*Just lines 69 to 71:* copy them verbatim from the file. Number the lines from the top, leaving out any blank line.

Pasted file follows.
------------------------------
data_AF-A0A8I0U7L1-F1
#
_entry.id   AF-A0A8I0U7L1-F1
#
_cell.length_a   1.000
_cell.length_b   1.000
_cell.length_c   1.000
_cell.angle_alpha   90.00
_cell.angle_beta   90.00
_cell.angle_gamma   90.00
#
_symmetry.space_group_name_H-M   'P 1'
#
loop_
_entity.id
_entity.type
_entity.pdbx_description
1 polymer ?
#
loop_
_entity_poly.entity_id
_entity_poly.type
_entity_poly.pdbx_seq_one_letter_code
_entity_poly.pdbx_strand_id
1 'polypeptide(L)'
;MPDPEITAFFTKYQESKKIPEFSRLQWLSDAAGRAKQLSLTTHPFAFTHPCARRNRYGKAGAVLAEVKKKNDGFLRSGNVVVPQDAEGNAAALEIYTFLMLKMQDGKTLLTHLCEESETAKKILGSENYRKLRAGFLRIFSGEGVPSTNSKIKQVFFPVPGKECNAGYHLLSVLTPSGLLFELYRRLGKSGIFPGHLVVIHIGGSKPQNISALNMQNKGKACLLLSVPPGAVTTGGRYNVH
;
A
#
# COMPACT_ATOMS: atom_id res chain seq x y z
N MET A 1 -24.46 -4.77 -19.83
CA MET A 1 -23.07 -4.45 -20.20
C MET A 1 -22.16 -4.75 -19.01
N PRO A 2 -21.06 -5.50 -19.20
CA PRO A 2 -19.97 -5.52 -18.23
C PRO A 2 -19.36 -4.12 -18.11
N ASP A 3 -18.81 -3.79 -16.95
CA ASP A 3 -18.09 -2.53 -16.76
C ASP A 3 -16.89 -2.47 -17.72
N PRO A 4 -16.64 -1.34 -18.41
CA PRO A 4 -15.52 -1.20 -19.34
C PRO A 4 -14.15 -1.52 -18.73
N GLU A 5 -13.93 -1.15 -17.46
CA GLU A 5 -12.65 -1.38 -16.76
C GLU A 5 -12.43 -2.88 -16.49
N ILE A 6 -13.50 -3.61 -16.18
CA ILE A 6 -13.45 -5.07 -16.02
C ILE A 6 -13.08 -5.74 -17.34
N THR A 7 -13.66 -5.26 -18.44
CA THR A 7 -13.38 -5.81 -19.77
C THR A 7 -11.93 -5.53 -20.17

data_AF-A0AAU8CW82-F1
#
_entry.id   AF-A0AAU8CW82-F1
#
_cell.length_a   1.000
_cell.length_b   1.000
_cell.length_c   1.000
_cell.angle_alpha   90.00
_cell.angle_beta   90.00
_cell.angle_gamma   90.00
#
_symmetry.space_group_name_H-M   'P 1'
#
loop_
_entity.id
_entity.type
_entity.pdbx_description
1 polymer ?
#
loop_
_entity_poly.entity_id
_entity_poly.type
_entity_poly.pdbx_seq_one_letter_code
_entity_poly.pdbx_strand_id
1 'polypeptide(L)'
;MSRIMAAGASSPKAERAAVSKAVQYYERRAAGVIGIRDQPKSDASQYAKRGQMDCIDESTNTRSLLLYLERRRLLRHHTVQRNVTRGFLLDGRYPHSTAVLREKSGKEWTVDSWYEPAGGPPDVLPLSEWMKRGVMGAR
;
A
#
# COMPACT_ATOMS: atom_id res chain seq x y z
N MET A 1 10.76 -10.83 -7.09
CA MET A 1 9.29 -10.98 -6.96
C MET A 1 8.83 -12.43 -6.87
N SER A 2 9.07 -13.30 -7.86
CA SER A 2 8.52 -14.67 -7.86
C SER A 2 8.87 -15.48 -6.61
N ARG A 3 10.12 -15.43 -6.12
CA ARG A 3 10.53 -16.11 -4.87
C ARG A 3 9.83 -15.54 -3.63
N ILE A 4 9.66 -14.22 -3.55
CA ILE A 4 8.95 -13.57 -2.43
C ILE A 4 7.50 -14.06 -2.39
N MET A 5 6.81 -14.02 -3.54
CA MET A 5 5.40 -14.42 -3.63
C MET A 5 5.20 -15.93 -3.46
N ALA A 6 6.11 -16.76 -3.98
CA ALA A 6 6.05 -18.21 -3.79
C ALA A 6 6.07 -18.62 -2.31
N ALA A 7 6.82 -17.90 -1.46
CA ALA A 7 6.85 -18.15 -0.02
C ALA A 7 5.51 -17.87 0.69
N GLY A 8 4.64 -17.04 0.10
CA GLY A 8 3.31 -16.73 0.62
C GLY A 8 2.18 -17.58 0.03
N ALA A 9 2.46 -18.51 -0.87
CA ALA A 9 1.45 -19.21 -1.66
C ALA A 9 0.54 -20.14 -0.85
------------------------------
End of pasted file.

1 polymer ?
#
loop_